In-person mindfulness courses help improve mental health for at least six months, a study shows.
Following in-person mindfulness courses can reduce the likelihood of experiencing symptoms of depression or anxiety, according to researchers from the University of Cambridge.
The researchers reached this conclusion after observing participants who followed group-based mindfulness courses with a teacher.
“In our previous work it was still not clear whether these mindfulness courses could promote mental health across different community settings,” said lead researcher, Dr Julieta Galante, who conducted the research while at the University of Cambridge.
This new analysis pooling data from 13 studies demonstrated that these courses "do actually work for the average person," she said, having gathered data from 2,371 participants.
What is mindfulness?
The researchers defined mindfulness as “the awareness that emerges through paying attention on purpose, in the present moment, and nonjudgmentally to the unfolding of experience moment by moment”.
These courses, formally known as mindfulness-based programmes (MBPs), often combine elements of meditation, body awareness and modern psychology. They are designed to help reduce stress, improve well-being, and enhance mental and emotional resilience.
One of the most famous MBPs was created by Professor Jon Kabat-Zinn in 1979. It incorporates elements of yoga exercises, meditation, and teachings of Zen Buddhism. However, the programme is secular and was developed to be science-based.
Exercises such as focusing on your breathing and paying attention to your feelings while performing daily tasks like eating or brushing your teeth can be found in MBPs.
‘It just doesn’t work for some people’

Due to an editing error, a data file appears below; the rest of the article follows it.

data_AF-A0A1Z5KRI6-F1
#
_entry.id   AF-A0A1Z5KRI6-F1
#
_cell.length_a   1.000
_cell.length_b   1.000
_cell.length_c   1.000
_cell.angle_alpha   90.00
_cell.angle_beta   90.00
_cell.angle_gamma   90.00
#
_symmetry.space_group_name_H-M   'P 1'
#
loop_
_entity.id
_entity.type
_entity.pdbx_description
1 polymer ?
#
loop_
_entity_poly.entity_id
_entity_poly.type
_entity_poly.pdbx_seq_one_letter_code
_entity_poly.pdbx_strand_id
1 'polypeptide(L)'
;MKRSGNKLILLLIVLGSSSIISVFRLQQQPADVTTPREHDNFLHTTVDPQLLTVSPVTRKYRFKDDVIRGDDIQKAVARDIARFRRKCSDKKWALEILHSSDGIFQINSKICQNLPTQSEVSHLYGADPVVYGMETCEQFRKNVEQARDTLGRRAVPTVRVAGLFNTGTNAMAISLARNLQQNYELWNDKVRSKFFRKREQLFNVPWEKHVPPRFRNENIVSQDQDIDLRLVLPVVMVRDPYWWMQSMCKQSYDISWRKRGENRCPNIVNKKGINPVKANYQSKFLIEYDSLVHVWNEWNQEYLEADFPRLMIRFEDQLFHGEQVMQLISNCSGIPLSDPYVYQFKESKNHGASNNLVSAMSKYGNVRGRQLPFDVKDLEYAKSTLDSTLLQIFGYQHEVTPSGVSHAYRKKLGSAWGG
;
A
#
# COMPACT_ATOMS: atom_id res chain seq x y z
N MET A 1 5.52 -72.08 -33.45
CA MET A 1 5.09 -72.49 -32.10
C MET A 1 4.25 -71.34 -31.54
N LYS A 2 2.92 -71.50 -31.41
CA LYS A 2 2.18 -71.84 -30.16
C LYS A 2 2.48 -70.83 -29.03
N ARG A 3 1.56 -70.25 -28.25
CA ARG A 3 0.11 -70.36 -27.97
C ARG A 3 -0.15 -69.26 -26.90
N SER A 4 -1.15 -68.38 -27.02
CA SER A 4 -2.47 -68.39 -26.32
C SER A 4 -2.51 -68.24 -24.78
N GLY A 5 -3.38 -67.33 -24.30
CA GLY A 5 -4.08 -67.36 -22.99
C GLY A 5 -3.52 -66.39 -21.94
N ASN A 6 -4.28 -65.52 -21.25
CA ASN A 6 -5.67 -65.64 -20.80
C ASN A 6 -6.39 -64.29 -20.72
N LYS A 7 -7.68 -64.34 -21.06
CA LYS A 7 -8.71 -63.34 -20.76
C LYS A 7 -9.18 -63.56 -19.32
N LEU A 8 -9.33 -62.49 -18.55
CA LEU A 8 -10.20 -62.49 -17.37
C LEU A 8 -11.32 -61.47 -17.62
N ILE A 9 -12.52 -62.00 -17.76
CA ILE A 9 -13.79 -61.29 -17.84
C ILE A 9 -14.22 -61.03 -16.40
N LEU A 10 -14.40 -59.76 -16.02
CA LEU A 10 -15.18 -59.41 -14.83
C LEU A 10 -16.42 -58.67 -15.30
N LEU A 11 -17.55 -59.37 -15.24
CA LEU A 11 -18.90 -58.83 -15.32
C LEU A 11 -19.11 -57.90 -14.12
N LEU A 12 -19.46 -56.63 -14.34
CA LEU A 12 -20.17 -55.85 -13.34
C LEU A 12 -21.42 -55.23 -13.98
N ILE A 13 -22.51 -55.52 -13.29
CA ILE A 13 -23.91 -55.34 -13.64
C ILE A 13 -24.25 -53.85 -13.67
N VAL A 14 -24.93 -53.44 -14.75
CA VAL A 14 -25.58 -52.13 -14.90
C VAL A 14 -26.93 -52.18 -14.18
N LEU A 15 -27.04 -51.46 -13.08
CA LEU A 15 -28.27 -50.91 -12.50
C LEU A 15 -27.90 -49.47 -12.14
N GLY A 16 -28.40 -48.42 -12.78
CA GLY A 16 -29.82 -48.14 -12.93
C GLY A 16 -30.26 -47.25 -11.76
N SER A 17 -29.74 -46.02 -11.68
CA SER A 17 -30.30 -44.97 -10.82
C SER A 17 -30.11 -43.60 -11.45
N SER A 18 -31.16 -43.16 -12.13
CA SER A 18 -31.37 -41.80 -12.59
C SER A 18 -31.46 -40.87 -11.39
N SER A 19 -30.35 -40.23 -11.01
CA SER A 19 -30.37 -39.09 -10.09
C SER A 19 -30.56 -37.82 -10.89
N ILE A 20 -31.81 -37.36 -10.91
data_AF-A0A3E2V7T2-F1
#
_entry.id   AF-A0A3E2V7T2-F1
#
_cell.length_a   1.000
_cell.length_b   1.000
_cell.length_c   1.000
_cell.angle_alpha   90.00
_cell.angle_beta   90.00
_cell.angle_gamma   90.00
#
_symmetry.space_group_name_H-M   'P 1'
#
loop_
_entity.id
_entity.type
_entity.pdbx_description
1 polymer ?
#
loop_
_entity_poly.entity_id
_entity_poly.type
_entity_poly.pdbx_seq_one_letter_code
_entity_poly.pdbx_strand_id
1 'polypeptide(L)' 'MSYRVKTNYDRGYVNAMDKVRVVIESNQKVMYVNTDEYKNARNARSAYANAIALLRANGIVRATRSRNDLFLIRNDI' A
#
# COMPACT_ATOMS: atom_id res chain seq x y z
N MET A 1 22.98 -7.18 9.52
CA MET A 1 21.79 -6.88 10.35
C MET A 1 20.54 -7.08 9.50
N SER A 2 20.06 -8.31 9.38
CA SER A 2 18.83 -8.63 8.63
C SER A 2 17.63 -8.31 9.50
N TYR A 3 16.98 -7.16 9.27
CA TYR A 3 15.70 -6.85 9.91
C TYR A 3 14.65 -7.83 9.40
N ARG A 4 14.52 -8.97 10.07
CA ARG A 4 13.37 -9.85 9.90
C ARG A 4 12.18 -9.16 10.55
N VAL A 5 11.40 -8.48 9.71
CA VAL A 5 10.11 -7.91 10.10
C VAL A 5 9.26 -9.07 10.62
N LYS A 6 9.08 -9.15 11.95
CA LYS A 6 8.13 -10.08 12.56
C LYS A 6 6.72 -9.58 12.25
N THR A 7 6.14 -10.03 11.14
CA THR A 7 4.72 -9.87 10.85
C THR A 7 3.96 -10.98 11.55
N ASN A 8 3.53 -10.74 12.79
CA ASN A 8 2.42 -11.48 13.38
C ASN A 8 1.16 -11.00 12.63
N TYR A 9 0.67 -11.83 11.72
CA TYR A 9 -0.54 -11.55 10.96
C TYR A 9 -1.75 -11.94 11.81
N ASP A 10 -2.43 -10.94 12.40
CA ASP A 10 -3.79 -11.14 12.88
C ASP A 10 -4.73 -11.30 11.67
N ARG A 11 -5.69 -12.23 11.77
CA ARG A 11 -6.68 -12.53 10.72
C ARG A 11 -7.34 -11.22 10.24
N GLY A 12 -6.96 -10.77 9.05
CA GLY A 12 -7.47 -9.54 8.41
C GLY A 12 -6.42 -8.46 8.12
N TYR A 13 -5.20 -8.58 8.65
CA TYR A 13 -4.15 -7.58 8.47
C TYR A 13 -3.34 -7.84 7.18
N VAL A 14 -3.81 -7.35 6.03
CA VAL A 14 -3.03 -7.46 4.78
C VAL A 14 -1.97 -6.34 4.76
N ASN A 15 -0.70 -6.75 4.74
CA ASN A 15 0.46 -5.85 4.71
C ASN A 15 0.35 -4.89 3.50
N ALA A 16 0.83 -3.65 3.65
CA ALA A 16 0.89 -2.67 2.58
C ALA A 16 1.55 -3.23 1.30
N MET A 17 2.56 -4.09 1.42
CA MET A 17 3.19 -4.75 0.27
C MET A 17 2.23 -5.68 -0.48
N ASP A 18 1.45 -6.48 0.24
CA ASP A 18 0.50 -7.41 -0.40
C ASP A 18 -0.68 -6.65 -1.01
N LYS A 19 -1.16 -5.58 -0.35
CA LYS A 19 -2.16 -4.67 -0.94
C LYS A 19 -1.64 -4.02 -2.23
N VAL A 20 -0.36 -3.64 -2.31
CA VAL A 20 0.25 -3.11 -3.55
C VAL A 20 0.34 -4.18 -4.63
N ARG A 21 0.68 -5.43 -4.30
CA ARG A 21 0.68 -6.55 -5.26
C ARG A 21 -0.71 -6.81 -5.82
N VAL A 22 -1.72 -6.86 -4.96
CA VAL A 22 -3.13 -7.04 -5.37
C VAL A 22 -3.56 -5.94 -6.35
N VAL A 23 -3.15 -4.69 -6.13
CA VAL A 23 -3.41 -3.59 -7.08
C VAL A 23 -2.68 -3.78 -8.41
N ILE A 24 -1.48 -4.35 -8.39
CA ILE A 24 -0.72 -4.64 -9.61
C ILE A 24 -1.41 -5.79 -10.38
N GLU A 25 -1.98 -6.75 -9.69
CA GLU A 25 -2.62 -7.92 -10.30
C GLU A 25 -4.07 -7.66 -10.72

In their introduction, the team highlighted that “too little emphasis is placed on prevention rather than treatment” when it comes to mental health disorders. This is despite chronic depression affecting between 5 and 10 per cent of EU citizens, with anxiety-related disorders also being highly prevalent.
The scientists cautioned that these results are based on statistics and that mindfulness is not a miraculous solution. “We are not saying that it should be done by every single person; research shows that it just doesn’t work for some people,” said Galante.
“We have no evidence that mindfulness is better than other feel-good practices but if you’re not doing anything, these types of mindfulness courses are certainly among the options that can be helpful,” she added.
The scientists also expressed their concerns regarding the growing number of mobile applications for mindfulness programs.
“Apps may be cheaper, but there is nowhere near the same evidence base for their effectiveness,” said Galante. “Some apps may say they are evidence-based, but they are often referring to trials that are in-person with a teacher and a group.”